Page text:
Students at the University of Wisconsin-Madison are taking a stand and requesting new ways to allow minorities to be a bigger part of their campus.
Their biggest proposal? Allowing all black students free tuition, housing, and zero fees at the university. They argue that blacks were legally barred from education during slavery and the university remains out of reach for black students today.
Members of the Associated Students of Madison wrote the proposal.
One of their solutions is that the university should make tests such as the SAT/ACT optional — or eliminate them. The resolution said that the tests “restrict opportunities for the poor.”
While their reasoning may be a stretch, these tests can be a problem for students who lack test taking skills but are qualified for other reasons. According to Chancellor Rebecca Blank, ACT and SAT scores are not the only factor in admission to the University in Madison, but their inclusion is required under regent policy.
The students also requested that 10 percent of the university’s donations go to increase financial aid for minorities and incorporate geographical-weighted admissions, which would help to better represent those from poorer neighborhoods or who are under-represented become a greater part of the school’s enrollment.
The university received $512 million from donors in 2015-2016. A majority of this was spent on research programs, need-based financial aid to students, and athletics. Of their total revenue for the year, roughly 173.5 million is spent on student financial aid.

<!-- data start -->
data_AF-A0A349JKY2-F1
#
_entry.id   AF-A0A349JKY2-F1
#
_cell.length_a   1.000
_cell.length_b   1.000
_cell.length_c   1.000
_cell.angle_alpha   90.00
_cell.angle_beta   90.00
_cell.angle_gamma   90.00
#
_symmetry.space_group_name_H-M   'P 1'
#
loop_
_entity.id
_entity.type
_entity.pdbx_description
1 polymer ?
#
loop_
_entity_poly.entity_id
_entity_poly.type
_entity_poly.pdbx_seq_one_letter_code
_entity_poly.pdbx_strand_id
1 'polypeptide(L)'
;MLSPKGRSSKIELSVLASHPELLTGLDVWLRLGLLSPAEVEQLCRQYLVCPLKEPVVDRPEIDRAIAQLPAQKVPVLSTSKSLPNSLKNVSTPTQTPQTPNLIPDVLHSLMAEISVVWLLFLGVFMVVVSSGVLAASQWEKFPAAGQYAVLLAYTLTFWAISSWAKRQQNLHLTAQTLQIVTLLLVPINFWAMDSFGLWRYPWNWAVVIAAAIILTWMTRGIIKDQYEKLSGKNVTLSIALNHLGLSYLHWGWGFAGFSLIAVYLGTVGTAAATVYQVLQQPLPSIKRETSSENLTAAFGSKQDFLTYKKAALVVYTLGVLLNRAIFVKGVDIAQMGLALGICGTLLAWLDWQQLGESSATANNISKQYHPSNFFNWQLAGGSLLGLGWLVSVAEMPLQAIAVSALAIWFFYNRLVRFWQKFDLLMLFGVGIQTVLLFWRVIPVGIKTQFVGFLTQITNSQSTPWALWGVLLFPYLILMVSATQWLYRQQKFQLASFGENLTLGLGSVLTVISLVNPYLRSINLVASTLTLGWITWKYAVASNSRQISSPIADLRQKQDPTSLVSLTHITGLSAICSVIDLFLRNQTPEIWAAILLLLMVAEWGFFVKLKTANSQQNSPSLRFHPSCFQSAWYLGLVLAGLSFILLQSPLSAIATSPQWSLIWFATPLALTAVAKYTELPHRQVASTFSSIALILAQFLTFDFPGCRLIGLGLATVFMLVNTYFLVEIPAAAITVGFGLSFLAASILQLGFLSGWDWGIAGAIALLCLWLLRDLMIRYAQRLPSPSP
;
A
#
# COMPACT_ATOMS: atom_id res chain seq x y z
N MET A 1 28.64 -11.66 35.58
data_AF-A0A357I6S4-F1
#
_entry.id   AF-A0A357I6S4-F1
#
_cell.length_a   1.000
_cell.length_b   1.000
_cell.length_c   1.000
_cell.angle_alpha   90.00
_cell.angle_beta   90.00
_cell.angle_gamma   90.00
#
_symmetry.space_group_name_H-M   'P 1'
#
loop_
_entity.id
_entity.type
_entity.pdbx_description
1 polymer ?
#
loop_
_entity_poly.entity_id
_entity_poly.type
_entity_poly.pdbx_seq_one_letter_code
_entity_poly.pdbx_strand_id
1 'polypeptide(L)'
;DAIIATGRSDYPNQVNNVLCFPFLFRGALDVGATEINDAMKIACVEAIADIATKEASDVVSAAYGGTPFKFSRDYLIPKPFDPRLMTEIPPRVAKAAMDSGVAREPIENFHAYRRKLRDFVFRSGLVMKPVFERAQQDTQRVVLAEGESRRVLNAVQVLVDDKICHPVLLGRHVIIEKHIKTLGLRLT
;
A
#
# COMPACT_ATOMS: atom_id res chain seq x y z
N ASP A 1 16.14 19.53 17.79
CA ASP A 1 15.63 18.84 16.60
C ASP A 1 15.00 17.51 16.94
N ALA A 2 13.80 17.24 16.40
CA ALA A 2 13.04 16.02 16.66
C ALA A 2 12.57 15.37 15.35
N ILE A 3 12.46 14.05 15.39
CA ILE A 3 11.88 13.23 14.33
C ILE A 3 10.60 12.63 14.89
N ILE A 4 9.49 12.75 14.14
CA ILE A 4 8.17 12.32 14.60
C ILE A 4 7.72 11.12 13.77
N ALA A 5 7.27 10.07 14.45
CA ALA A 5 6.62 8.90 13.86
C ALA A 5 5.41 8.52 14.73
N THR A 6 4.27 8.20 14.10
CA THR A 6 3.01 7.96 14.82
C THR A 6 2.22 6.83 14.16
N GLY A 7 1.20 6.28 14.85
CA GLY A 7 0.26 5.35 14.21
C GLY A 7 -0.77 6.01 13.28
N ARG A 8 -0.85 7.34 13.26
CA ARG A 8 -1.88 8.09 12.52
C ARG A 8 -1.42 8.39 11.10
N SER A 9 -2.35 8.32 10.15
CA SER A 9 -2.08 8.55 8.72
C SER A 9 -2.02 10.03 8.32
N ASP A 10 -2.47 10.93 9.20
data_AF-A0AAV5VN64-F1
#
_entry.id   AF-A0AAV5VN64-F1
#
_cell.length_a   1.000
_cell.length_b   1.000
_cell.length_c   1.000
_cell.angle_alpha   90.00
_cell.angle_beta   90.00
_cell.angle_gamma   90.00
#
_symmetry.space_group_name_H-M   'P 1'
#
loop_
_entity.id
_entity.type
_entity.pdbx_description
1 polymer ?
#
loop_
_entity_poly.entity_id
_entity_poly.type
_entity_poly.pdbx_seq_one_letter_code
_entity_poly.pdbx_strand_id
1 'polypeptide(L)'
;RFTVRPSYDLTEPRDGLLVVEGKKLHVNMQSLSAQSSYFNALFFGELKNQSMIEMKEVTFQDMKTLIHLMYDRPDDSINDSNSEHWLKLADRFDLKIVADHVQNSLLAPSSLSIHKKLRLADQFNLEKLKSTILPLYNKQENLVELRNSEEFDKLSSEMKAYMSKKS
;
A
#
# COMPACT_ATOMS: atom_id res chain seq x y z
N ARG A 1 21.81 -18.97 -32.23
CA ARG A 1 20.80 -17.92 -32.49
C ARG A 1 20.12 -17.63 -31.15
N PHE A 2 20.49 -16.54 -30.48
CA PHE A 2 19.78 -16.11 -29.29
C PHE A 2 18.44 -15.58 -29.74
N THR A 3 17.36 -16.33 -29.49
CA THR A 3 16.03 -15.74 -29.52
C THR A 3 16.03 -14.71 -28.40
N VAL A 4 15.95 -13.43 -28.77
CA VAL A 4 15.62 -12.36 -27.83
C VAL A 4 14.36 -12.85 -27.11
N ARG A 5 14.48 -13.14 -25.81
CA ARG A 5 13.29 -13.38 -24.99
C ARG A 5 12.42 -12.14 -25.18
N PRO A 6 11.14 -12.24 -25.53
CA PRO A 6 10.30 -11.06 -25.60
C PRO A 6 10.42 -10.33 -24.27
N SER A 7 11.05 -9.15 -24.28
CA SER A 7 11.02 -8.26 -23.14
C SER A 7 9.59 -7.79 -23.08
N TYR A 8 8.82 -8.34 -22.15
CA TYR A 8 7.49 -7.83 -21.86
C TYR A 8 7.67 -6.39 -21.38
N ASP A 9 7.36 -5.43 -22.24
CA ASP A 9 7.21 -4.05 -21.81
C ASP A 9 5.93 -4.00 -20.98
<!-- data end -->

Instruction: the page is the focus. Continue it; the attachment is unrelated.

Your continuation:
The university has proposed measures to help increase minorities but hasn’t pursued any of them.
“If no one challenges the university’s empty promises, then the racial composition will remain stagnant,” says Tyriek Mack, an ASM Student Council representative and author of the resolution.
But what kind of attitude could this give potential college applicants? That you don’t have to work hard. Such a measure also discounts the work done by students who study day in and day out to maintain scholarships.
Instead of handouts, a better solution could be offering more scholarships or financial aid as suggested by Chinese graduate student, Yuhong Zhu.
“I wouldn’t appreciate if the school offered me free tuition just because I’m a minority,” he said. “We should at least have to work hard for it.”
Blacks make up only 2 percent of Madison Enrollment, 6 percent of the state of Wisconsin, and 12 percent of the U.S population. Of course if you offer free tuition to blacks at the university you will have an increase in applicants. That does not seem like a solid solution. If you make admissions geographically weighted, this could sway the school from accepting students who have a better application to attend the school than someone who is accepted because they live in an underrepresented area.
“We do not believe the actions called for by ASM, including geographically-weighted admissions, are an effective way to expand access to underrepresented students,” said McGlone.
It does not seem like the students are taking the situation lightly, perhaps they may look back on their proposal and make more suggestions that the school could enforce, or keep pushing.
By Nikki Iannace